Marvel Studios’ first ever film with a leading Asian character, Shang-Chi, is coming to theaters.
The film is filled with amazingly choreographed fight scenes highlighting different forms of martial arts, Asian foods, spirituality, the central role of families, and even the flattering stereotypes like getting “real jobs.”
Beyond that fact, it’s a Marvel film that the rest of the Asian cast and crew think is much more than that.
“It was always supposed to be a film about both,” said Destin Daniel Cretton in a virtual press conference for his Marvel directorial debut film. “It’s supposed to be a movie about Asian culture and an MCU film.”
Cretton, who is Japanese-American, went on to say that a lot of his life experiences through the lens of his racial identity helped tell the film’s story.
“I personally connect with Shang-Chi’s journey because he doesn’t get splashed with superhero juice,” he said. “He’s a person who is in a lot of ways running away from the pain in his life [which is a very big part of Asian culture].”
Cretton is referring to the difficulty of Asians specifically dealing with negative life experiences and properly processing it, much of which stems from the fact that Asians don’t have the knowledge or privilege of doing so since previous generations didn’t have those learnings either.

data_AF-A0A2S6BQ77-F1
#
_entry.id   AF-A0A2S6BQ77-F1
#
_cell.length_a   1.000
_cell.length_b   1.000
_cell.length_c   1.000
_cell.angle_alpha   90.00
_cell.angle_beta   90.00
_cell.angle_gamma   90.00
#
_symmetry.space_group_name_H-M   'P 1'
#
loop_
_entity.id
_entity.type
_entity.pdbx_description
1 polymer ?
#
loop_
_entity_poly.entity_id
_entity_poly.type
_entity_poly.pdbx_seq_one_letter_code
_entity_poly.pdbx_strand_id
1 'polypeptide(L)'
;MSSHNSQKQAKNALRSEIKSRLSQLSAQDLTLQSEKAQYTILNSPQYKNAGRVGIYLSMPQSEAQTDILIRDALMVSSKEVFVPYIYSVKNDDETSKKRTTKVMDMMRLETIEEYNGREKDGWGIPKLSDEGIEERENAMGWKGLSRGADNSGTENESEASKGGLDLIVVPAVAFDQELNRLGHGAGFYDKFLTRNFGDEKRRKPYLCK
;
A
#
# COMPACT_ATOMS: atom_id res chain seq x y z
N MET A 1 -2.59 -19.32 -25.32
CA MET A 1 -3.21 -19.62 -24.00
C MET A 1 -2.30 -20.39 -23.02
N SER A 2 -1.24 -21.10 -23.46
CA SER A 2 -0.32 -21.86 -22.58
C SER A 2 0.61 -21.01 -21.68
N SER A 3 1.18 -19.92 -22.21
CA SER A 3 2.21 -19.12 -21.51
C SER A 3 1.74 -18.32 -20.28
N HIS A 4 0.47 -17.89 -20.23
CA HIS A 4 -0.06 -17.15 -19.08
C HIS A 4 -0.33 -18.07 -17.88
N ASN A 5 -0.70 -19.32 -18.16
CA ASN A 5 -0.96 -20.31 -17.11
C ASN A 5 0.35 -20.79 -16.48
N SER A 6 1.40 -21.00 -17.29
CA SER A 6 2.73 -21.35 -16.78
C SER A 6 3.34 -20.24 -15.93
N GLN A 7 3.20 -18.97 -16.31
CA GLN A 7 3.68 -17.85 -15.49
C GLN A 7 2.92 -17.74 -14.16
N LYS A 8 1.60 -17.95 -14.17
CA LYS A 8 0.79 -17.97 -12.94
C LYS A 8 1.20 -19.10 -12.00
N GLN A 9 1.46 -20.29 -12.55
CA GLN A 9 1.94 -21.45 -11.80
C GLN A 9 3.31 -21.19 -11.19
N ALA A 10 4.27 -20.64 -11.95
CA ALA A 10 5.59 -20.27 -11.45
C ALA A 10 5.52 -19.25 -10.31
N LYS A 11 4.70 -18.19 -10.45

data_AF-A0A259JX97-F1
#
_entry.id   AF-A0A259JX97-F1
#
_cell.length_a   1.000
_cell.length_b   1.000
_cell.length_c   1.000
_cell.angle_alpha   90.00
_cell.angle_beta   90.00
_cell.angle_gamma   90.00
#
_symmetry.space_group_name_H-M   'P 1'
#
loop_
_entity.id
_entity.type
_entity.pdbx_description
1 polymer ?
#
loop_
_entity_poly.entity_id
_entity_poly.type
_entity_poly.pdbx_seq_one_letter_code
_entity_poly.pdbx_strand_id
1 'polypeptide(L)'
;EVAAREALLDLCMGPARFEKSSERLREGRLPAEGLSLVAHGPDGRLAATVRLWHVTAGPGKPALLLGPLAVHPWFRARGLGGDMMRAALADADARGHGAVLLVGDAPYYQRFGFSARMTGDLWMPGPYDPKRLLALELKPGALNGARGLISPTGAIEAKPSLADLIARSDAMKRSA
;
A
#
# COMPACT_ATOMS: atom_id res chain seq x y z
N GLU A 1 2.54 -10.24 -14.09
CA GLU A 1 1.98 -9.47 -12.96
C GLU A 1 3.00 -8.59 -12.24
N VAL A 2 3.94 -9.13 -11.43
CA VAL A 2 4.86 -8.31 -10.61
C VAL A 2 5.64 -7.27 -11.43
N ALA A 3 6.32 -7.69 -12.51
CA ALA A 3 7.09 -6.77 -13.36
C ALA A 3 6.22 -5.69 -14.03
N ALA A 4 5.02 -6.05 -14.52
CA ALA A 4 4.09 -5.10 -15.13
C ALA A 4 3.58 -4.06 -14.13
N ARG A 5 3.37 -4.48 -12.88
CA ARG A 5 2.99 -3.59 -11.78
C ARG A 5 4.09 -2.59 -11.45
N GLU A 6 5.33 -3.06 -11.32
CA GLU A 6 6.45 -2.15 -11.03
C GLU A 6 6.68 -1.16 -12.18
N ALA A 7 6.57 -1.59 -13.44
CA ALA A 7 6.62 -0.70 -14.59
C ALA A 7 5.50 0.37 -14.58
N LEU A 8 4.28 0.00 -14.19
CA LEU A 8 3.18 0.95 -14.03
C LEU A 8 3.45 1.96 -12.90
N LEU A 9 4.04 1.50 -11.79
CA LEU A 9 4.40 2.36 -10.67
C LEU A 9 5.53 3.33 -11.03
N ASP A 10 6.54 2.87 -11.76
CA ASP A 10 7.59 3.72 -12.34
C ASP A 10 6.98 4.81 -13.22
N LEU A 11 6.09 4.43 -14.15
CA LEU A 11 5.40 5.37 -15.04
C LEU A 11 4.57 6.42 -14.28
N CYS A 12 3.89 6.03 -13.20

He continued, “It isn’t until he is able to confront his past hurts does he get his big boy shoes and powers to save himself and others.”
The rest of the cast and crew like Shang-Chi himself, played by Simu Liu, echoed the sentiment separately as well saying that it would be a win even more so if Asian-Americans see the film can connect on that deeper level and appreciate that you’re not alone in your own superhero journeys.
Marvel Studios’ “Shang-Chi and the Legend of the Ten Rings” comes to theaters on September 3. Look for our spoiler-free review of the film shortly.